Legal Insurrection has blogged a few times these past two years that Democrats have quietly discussed plans to find someone to primary Rep. Alexandria Ocasio-Cortez (D-NY).

Republicans have also jumped on the idea. At least seven have filed to run against Ocasio-Cortez in the Democrat-heavy 14th Congressional district.

Politico reported:

“She’s fired everyone up,” said Rey Solano, one of the slew of conservative challengers in the14th Congressional district. “She’s really annoyed a lot of people.”

Most of the Republicans are running for office for the first time, and they’re honing similar attacks on Ocasio-Cortez: She’s a socialist; she opposed the since-scuttled plans to build an Amazon headquarters in Queens; she supports the Green New Deal that Republicans warn will bankrupt the Treasury.

“The standard-bearer of socialism in America is in CD 14,” said Ruth Papazian, a medical writer from the Bronx who is looking for the Republican nod. “If you’re going to stop the spread of socialism, and especially the encroachment of socialism throughout the outer boroughs, you have to stop [Ocasio-Cortez].”

Papazian is the only Republican to have reported contributions from donors to the FEC through the end of June, with about $10,600 raised. Ocasio-Cortez, by contrast, has raised more than $1.9 million in the first half of the year.

Ocasio-Cortez represents a Democrat-dominated district in New York. Democrats outnumber Republicans six to one. The Republican candidates acknowledged they do not stand much of a chance to beat her. They also know that the race would bring them plenty of attention, plus investments from the Republican Party.

Scherie Murray, a Jamaican immigrant, has received a lot of media attention since she joined the Republican primary last month. Her campaign found that “62 percent of voters would support a generic Democrat and 28 percent would back a Republican.”

The poll also showed that the respondents “would vote to re-elect Ocasio-Cortez or vote for someone else, 37 percent picked the incumbent, and 48 percent favored someone else.” Those in the district have not forgotten Ocasio-Cortez’s push to keep Amazon out of her area. They want “a candidate who backed the Amazon deal.”

Murray has said that New York “should be encouraging businesses to come into the state, versus pushing them out.”

In February, Amazon decided not to build its second headquarter in New York City after “a number of state and local politicians have made it clear that they oppose our presence and will not work with us to build the type of relationships that are required to go forward with the project we and many others envisioned in Long Island City.”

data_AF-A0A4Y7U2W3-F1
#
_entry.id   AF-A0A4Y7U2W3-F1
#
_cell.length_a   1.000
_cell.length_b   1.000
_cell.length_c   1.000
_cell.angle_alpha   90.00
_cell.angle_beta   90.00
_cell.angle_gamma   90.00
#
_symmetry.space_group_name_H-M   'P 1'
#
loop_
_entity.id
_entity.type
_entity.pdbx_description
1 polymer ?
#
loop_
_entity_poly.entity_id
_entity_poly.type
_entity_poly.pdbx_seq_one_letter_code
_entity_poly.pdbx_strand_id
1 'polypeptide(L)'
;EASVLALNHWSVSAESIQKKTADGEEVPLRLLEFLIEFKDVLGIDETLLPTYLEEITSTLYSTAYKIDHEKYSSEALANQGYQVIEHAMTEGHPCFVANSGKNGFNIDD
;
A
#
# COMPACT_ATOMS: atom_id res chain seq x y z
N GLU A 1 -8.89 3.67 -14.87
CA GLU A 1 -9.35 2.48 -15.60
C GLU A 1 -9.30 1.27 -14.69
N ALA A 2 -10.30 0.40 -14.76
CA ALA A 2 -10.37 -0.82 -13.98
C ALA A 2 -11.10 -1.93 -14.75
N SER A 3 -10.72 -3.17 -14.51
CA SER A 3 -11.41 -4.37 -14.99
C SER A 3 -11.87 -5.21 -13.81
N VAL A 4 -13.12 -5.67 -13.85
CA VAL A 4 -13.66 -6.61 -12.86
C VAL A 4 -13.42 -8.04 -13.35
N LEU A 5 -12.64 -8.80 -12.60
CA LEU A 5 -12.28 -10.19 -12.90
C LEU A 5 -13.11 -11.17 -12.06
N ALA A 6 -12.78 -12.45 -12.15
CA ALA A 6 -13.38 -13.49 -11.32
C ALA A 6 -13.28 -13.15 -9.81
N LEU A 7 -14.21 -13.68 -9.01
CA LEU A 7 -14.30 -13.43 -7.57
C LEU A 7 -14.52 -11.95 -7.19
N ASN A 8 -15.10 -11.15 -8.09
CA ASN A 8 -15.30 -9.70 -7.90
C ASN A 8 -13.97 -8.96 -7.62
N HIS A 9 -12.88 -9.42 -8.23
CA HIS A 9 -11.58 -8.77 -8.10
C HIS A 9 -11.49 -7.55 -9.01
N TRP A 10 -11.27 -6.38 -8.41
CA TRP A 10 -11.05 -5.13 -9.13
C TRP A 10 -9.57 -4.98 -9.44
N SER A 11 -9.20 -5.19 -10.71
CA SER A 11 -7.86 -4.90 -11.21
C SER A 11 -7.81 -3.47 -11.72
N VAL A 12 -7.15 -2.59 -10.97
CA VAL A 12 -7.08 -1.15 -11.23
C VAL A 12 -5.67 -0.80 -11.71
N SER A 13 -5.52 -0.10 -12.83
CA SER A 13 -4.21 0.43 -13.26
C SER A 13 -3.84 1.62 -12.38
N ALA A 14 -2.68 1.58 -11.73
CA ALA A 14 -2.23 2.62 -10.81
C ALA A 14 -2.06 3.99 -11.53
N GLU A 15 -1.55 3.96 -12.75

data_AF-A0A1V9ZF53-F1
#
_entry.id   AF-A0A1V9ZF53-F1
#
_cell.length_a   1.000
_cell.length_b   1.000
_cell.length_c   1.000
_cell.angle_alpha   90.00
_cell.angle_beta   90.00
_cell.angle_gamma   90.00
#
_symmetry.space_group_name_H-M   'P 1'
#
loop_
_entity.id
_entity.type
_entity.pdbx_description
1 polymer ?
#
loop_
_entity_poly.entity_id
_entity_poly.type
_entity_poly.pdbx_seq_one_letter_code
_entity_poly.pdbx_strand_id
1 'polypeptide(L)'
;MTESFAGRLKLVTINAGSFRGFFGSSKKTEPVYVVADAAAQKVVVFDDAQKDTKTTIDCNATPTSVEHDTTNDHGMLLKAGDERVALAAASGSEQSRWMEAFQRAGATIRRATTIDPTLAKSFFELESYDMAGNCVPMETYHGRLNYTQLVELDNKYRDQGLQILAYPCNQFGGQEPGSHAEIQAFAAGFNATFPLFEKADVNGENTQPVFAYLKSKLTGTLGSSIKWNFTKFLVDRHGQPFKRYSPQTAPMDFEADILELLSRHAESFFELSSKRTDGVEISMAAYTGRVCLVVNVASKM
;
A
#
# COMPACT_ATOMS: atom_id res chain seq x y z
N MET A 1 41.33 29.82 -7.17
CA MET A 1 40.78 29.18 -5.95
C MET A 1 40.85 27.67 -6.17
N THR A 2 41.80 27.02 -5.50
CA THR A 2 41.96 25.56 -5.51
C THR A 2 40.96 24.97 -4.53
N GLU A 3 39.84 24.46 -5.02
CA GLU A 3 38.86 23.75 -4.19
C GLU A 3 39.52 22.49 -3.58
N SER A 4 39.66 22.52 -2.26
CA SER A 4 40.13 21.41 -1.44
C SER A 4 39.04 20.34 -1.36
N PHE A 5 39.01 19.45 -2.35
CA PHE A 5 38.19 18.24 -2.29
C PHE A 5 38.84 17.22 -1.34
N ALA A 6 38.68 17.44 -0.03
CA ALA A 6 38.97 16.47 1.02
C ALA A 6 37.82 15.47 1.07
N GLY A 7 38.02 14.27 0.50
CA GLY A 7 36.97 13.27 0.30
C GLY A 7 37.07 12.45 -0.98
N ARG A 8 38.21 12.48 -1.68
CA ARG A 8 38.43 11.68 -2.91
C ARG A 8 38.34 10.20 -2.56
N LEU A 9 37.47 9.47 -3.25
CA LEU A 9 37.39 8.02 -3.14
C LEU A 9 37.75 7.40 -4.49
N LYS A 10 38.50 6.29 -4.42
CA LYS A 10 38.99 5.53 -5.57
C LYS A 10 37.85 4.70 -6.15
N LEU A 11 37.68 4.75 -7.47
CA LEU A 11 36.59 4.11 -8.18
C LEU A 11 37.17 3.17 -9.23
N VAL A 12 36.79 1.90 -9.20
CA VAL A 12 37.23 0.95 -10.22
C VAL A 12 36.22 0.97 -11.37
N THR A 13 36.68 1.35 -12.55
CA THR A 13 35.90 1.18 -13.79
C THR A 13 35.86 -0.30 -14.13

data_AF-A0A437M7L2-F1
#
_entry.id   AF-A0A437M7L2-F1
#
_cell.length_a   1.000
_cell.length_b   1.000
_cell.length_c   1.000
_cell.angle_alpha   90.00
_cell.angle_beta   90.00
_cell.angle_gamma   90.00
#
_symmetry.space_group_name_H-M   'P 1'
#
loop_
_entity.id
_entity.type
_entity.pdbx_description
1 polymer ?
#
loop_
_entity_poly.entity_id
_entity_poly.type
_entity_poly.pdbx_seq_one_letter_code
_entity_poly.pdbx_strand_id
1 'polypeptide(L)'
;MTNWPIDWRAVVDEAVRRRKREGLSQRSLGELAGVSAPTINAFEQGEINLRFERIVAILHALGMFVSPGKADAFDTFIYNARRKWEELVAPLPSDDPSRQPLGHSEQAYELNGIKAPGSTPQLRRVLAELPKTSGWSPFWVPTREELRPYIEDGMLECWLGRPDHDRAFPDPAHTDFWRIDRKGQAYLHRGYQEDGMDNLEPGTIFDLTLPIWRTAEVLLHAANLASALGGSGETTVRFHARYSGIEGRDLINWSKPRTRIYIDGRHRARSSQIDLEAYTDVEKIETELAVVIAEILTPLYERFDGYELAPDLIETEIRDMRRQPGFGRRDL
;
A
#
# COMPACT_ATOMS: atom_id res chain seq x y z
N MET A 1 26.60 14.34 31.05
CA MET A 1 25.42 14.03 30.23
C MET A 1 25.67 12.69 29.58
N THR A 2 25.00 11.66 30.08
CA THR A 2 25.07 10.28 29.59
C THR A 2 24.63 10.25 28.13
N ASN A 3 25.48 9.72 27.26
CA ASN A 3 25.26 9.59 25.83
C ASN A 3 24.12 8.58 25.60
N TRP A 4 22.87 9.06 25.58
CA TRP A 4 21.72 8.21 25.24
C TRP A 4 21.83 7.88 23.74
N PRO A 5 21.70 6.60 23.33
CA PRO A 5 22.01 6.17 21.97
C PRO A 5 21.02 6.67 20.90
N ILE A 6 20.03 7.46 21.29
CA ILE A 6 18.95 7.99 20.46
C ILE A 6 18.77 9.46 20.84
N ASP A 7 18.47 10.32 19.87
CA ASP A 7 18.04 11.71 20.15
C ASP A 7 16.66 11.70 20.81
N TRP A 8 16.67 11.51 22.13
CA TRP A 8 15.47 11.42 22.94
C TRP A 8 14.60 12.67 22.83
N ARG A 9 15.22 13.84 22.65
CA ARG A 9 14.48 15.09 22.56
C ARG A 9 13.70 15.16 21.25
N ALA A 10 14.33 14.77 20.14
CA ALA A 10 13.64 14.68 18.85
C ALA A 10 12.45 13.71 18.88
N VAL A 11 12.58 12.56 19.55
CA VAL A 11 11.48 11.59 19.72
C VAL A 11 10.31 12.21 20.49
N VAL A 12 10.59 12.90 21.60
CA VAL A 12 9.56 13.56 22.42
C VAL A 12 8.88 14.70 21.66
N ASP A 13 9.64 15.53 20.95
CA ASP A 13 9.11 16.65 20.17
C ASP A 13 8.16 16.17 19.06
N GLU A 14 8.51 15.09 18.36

Ocasio-Cortez celebrated the decision, but she faced the wrath of Republicans and Democrats from New York. Those upset with her included Governor Andrew Cuomo and New York City Mayor Bill de Blasio.

John Cummings, a former NYPD officer, and current high school government teacher, jumped into the race:

“She’s done a great job making a national profile for herself,” said John Cummings, a high school government teacher from the Bronx. “But we haven’t seen a lot of her around the district.”

Still, Cummings, a former NYPD officer, says Ocasio-Cortez’s upset win last year against longtime congressman and Queens Democratic boss Joe Crowley was one of his inspirations to run.

His students always asked him about running for office, he said.

“My answer was always, ‘I think it’s impossible to come from basically nowhere and take on someone like Joe Crowley,’” Cummings said. “It was softly pointed out to me my excuse was now, quote unquote, a lame one.”

Like I said Democrats own the district so I don’t know if the GOP would pour a lot of money and time into the races. A Republican hasn’t represented the district since 1990-1993. Residents have voted for Democrats in presidential elections by at least 30% since 2000.


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